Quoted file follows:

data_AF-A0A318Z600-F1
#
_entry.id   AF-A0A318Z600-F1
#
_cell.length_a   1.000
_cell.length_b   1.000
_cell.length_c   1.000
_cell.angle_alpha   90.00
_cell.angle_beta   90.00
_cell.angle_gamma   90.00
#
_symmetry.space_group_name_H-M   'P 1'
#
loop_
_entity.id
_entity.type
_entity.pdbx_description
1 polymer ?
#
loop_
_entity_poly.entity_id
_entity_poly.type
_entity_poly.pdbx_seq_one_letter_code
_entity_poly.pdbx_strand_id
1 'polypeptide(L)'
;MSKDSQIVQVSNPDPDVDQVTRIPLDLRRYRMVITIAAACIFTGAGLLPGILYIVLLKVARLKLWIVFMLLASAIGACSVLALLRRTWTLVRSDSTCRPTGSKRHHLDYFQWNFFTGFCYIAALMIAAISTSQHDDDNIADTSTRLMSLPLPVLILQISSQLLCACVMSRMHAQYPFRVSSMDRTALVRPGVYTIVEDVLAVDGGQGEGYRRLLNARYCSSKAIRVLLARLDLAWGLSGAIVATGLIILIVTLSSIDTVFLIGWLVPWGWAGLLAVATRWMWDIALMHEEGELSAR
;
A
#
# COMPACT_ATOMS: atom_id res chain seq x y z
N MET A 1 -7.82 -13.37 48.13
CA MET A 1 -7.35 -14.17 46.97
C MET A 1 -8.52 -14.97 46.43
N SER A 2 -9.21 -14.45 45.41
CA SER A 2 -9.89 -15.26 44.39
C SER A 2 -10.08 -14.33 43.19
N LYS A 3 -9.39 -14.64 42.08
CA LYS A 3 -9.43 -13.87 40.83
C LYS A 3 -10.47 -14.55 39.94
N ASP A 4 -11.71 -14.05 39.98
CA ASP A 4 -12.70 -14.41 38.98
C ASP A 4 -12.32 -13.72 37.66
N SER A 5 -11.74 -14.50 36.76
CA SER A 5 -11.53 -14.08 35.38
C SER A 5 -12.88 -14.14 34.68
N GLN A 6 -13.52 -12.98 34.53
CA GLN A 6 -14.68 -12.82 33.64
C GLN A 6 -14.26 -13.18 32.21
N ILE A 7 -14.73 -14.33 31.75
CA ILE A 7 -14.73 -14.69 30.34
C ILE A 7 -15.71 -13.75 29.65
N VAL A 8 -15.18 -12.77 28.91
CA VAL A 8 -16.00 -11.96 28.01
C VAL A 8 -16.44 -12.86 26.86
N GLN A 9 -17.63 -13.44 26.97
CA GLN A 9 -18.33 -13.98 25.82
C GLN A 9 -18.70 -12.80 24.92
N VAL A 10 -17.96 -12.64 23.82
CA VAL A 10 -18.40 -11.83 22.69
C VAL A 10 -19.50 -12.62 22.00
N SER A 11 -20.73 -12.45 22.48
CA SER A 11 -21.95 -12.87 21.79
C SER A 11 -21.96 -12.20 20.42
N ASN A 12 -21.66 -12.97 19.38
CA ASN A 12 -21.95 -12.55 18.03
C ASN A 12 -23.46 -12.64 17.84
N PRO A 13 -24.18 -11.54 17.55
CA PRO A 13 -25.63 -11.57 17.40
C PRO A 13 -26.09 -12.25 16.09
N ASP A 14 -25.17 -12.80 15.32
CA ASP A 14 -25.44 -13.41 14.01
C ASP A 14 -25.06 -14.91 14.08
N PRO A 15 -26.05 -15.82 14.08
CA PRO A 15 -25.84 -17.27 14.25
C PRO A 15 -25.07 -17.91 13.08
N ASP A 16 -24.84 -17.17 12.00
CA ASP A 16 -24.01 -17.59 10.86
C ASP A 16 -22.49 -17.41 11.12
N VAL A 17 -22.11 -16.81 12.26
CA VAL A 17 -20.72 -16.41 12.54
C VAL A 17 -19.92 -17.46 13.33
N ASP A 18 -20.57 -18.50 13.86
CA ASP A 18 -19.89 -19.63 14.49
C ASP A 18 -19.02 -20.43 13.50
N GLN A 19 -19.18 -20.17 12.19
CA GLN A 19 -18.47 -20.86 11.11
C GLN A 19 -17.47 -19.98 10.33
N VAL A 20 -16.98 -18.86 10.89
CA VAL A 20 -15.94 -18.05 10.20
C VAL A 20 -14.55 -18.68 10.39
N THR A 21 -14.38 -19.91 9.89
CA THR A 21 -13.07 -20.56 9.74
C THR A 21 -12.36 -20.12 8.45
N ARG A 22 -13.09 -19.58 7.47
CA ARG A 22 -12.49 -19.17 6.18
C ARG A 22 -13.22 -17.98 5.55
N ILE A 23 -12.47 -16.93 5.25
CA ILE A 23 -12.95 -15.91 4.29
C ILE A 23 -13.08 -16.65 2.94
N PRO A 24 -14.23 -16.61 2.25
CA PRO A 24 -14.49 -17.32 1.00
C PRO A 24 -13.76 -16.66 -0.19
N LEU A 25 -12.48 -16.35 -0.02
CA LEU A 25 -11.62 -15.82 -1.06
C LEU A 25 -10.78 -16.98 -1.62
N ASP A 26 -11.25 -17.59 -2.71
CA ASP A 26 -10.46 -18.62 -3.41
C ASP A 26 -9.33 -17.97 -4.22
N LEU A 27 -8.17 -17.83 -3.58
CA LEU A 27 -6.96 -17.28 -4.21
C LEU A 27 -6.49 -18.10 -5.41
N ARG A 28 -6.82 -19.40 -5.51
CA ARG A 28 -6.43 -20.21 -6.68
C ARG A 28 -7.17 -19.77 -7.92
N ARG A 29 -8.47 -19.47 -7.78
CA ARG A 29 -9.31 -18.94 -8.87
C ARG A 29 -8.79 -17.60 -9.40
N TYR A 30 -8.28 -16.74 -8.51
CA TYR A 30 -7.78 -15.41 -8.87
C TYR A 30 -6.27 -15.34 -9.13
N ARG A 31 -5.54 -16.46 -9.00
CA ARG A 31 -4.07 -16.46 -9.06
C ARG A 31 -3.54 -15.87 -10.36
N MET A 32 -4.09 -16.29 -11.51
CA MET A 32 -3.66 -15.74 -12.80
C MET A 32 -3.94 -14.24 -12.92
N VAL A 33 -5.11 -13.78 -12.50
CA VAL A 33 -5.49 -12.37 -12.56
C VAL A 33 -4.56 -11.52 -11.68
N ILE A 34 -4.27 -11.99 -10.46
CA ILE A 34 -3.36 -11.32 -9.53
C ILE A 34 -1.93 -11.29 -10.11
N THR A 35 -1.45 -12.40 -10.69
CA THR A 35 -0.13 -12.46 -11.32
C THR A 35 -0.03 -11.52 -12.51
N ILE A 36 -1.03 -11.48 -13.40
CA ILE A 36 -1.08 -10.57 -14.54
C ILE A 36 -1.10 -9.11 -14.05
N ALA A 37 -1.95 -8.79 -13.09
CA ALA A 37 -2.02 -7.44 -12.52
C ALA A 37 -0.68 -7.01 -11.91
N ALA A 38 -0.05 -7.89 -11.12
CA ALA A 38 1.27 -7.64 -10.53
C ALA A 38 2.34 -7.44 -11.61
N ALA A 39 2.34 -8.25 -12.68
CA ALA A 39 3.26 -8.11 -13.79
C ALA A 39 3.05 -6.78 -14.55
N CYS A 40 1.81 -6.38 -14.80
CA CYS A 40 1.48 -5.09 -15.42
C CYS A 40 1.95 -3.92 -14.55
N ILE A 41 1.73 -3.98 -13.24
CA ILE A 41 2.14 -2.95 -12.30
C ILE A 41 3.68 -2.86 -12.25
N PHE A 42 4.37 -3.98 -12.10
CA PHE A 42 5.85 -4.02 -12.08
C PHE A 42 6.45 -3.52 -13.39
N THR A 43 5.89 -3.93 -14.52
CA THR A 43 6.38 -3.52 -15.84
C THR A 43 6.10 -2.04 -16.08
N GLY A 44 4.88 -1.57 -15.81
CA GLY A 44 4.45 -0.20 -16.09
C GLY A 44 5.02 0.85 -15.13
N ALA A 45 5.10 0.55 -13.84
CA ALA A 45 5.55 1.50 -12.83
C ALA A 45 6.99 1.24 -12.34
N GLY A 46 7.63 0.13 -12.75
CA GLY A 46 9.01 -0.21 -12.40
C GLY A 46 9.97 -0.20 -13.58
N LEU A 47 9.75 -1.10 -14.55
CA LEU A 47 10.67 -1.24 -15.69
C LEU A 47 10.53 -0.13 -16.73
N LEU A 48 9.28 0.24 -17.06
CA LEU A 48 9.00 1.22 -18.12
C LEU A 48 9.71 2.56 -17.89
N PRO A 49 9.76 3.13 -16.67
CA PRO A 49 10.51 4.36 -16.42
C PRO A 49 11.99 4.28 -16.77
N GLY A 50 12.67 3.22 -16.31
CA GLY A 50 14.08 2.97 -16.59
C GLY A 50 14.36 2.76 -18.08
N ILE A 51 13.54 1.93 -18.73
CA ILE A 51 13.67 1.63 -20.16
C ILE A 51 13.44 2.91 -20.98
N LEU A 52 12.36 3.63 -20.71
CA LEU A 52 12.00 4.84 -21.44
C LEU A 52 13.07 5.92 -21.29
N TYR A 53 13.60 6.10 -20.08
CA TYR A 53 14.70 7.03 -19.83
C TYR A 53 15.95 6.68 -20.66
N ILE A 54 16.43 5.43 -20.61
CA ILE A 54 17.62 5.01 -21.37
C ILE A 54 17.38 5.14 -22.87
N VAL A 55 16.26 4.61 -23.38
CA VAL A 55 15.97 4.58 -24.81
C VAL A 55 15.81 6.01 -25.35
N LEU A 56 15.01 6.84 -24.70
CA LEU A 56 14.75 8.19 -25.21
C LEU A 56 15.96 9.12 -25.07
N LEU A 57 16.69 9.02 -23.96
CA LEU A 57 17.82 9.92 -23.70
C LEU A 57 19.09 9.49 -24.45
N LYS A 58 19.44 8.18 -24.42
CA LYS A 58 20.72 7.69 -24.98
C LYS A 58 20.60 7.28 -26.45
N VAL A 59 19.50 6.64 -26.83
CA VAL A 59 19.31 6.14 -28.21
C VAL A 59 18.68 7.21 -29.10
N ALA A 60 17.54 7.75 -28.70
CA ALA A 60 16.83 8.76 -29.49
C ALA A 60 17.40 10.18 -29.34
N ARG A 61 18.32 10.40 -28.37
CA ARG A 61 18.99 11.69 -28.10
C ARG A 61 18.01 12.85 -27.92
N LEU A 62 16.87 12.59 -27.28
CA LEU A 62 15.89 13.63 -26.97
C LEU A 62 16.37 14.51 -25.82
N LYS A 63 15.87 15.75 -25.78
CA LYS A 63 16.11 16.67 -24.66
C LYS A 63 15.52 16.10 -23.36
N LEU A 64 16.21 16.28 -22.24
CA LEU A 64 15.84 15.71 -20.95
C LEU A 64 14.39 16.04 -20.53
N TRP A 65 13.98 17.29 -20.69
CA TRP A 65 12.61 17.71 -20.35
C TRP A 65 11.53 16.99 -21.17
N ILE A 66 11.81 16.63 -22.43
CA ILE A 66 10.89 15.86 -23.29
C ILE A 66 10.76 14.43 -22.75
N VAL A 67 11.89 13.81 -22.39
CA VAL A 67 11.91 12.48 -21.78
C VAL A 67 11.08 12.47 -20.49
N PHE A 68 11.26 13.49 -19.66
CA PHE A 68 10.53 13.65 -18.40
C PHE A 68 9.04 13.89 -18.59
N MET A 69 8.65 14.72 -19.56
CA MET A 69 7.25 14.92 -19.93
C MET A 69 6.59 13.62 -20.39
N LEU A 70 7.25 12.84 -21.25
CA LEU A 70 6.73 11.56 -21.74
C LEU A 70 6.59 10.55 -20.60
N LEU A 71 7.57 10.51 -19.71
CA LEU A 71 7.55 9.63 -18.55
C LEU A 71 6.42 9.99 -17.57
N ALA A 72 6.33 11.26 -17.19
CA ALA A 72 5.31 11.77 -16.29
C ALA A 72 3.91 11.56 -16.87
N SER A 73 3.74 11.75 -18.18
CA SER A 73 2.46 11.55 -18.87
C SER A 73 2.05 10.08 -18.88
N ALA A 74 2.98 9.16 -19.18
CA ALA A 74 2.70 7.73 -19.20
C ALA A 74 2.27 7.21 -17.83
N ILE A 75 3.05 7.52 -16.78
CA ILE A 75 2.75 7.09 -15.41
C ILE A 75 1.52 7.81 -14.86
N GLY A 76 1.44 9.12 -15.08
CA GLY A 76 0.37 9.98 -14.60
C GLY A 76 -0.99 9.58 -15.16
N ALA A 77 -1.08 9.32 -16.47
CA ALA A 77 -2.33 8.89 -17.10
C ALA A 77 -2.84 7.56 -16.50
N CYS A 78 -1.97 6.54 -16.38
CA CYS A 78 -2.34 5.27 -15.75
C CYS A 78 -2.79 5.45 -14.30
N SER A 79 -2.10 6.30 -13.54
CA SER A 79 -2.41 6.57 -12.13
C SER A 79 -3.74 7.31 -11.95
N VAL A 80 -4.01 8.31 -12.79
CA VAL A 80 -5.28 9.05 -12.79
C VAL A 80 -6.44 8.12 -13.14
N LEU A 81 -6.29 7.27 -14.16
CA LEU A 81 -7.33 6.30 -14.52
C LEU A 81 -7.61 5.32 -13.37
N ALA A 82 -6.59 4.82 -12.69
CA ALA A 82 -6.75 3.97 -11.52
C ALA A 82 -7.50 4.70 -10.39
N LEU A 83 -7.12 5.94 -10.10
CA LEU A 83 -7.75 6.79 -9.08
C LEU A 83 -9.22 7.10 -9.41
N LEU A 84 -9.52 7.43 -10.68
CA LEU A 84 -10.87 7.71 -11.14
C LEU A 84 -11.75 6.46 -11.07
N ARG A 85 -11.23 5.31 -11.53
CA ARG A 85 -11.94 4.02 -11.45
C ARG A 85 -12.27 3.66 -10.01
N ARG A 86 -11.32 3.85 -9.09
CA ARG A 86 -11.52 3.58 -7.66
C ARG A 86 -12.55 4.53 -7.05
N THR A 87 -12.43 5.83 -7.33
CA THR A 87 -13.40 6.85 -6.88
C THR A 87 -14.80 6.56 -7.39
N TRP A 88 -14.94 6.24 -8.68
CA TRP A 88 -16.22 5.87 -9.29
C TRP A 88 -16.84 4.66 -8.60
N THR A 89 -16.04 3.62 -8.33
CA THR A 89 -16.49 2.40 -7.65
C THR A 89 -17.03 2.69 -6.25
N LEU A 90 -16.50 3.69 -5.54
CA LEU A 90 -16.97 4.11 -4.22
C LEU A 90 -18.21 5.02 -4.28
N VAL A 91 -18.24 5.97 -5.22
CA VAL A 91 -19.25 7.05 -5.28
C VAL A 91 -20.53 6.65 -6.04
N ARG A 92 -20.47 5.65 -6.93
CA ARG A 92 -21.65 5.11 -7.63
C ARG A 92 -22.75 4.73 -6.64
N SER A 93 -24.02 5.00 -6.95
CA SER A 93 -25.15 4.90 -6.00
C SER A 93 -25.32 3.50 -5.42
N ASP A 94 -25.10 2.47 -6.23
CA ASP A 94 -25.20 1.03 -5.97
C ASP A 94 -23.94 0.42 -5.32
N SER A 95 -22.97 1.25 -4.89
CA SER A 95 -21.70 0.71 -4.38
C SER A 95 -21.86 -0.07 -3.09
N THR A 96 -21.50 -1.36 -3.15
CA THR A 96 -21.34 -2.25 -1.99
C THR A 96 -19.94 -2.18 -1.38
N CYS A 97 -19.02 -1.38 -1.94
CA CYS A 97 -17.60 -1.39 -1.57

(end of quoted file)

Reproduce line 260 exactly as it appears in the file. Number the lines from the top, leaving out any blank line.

CA ALA A 77 -2.33 8.89 -17.10